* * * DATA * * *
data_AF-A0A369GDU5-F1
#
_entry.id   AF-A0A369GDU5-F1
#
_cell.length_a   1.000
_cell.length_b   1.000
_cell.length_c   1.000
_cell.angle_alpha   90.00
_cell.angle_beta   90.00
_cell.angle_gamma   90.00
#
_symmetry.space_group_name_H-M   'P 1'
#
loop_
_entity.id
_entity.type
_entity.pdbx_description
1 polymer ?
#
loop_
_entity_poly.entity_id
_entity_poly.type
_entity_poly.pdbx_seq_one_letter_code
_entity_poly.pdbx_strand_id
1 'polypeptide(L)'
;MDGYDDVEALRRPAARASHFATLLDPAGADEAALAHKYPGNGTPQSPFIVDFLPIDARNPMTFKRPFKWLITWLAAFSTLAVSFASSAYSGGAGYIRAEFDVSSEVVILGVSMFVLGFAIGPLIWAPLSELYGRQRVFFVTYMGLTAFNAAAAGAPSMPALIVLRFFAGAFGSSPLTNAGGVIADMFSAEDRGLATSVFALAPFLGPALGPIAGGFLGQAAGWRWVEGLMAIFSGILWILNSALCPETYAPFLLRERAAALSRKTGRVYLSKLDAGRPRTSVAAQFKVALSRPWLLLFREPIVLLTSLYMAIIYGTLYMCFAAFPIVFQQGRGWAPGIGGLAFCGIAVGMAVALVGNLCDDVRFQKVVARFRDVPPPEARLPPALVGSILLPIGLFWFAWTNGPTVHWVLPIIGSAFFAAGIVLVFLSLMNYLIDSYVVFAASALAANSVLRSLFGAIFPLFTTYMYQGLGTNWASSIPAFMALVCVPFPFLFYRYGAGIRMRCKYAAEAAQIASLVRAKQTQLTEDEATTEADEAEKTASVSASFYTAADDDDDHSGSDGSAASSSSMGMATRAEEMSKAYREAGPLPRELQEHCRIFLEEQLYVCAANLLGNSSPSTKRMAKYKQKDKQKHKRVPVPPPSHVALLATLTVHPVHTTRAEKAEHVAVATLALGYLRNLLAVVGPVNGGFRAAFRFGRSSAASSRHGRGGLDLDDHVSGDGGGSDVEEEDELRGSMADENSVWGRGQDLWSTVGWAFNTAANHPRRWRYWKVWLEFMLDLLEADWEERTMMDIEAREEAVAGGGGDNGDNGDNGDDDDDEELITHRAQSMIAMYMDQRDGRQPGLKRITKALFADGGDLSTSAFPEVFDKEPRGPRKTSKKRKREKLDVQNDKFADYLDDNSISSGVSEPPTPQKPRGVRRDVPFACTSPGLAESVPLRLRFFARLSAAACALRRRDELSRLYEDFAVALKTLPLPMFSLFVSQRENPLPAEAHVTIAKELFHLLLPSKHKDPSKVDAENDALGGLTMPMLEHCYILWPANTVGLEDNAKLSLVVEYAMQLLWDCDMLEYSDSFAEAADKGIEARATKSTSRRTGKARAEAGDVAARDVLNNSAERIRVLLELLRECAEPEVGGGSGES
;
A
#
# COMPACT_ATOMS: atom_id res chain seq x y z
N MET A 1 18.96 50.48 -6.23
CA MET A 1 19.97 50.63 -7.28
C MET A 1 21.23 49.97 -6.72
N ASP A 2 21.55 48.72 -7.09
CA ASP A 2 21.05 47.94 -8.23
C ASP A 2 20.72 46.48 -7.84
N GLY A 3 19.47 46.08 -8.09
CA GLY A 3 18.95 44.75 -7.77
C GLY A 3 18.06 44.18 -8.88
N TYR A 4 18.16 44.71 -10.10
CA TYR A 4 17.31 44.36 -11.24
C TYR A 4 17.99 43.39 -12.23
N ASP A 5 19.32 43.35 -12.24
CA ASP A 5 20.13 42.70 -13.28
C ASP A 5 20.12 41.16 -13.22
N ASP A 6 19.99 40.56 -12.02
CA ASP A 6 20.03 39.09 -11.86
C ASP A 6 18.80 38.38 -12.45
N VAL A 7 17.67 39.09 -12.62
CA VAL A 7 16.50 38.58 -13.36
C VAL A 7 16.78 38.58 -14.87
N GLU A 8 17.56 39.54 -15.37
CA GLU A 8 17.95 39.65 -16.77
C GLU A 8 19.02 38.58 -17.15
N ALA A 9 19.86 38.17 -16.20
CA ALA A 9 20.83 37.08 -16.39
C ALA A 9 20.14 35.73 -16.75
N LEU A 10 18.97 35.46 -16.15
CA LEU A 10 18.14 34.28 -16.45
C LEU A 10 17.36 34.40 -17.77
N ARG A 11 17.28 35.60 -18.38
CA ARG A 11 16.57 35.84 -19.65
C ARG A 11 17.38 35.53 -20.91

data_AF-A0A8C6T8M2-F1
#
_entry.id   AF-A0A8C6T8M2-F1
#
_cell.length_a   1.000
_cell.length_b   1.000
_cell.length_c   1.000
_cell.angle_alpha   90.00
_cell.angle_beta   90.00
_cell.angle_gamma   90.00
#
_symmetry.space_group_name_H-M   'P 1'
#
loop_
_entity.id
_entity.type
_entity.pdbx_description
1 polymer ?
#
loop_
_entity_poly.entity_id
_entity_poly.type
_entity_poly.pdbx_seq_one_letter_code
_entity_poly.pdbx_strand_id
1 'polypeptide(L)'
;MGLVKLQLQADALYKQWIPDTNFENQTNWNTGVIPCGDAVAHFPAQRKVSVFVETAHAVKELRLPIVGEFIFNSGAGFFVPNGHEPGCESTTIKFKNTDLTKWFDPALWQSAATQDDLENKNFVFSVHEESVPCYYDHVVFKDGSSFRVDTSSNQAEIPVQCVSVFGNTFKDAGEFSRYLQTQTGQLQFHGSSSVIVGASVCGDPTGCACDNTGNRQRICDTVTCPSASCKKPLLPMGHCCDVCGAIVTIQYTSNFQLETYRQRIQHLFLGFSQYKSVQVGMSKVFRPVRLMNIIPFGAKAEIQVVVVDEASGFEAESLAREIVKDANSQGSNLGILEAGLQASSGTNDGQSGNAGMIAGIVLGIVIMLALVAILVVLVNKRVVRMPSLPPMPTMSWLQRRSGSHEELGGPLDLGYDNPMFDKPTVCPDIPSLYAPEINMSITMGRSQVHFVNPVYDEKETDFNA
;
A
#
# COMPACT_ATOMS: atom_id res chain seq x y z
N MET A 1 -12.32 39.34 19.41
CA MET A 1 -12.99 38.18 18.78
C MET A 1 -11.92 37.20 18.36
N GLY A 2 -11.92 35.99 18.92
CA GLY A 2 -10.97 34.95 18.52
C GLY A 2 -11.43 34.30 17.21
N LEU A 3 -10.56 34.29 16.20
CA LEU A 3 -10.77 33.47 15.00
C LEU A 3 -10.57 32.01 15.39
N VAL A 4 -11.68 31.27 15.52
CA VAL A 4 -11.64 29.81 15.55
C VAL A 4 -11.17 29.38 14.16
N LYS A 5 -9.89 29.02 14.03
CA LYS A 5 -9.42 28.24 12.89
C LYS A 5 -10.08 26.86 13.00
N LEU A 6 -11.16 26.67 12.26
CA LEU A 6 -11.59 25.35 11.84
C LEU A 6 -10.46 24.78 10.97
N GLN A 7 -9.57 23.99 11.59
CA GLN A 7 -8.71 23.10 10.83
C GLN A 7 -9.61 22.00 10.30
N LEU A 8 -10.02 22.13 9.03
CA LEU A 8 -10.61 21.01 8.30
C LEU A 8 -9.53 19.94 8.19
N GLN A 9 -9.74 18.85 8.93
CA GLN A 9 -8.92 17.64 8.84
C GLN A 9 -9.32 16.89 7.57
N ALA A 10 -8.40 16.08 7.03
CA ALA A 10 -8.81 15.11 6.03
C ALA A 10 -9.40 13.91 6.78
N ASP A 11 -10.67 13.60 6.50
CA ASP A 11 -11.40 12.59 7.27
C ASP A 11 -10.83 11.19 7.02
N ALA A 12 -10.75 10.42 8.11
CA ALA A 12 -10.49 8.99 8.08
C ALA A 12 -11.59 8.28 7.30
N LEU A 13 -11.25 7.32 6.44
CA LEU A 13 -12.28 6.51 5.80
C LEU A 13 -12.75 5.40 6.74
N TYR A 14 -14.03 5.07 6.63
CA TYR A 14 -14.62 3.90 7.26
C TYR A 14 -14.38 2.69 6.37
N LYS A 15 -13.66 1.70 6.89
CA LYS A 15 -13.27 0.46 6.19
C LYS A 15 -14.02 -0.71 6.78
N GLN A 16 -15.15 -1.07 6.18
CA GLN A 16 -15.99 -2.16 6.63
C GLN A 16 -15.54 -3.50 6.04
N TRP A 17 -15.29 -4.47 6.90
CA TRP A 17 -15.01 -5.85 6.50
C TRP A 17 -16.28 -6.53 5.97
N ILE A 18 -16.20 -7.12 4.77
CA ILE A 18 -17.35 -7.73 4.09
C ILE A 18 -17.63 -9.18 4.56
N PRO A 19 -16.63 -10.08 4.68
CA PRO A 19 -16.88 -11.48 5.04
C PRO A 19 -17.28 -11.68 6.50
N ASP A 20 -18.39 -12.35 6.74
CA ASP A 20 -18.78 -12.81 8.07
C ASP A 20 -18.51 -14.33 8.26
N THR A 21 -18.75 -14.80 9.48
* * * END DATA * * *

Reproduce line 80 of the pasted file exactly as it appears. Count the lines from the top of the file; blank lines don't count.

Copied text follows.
_entity.pdbx_description